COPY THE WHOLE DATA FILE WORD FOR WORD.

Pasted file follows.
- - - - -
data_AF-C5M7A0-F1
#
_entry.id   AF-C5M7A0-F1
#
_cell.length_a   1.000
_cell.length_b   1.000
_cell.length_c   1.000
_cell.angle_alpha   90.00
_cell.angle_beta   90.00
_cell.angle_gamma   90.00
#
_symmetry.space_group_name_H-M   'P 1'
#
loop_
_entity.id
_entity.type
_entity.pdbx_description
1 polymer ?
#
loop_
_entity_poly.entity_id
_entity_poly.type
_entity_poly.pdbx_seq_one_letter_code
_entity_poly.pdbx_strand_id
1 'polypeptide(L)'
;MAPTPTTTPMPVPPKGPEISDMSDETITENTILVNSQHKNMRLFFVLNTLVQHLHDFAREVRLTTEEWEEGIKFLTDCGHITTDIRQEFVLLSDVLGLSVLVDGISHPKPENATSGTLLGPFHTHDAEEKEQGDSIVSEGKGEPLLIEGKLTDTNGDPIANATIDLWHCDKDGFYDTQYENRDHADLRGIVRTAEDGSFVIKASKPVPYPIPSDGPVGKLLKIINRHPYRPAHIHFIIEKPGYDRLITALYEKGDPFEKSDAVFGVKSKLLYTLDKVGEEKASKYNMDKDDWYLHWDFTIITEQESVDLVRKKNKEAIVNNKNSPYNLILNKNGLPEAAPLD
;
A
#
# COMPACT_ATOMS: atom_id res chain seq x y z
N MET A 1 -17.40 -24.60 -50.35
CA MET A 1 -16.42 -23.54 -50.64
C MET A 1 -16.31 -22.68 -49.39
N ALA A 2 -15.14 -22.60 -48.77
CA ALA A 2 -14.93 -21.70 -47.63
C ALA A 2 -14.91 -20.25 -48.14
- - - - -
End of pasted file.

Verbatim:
data_AF-C5M7A0-F1
#
_entry.id   AF-C5M7A0-F1
#
_cell.length_a   1.000
_cell.length_b   1.000
_cell.length_c   1.000
_cell.angle_alpha   90.00
_cell.angle_beta   90.00
_cell.angle_gamma   90.00
#
_symmetry.space_group_name_H-M   'P 1'
#
loop_
_entity.id
_entity.type
_entity.pdbx_description
1 polymer ?
#
loop_
_entity_poly.entity_id
_entity_poly.type
_entity_poly.pdbx_seq_one_letter_code
_entity_poly.pdbx_strand_id
1 'polypeptide(L)'
;MAPTPTTTPMPVPPKGPEISDMSDETITENTILVNSQHKNMRLFFVLNTLVQHLHDFAREVRLTTEEWEEGIKFLTDCGHITTDIRQEFVLLSDVLGLSVLVDGISHPKPENATSGTLLGPFHTHDAEEKEQGDSIVSEGKGEPLLIEGKLTDTNGDPIANATIDLWHCDKDGFYDTQYENRDHADLRGIVRTAEDGSFVIKASKPVPYPIPSDGPVGKLLKIINRHPYRPAHIHFIIEKPGYDRLITALYEKGDPFEKSDAVFGVKSKLLYTLDKVGEEKASKYNMDKDDWYLHWDFTIITEQESVDLVRKKNKEAIVNNKNSPYNLILNKNGLPEAAPLD
;
A
#
# COMPACT_ATOMS: atom_id res chain seq x y z
N MET A 1 -17.40 -24.60 -50.35
CA MET A 1 -16.42 -23.54 -50.64
C MET A 1 -16.31 -22.68 -49.39
N ALA A 2 -15.14 -22.60 -48.77
CA ALA A 2 -14.93 -21.70 -47.63
C ALA A 2 -14.91 -20.25 -48.14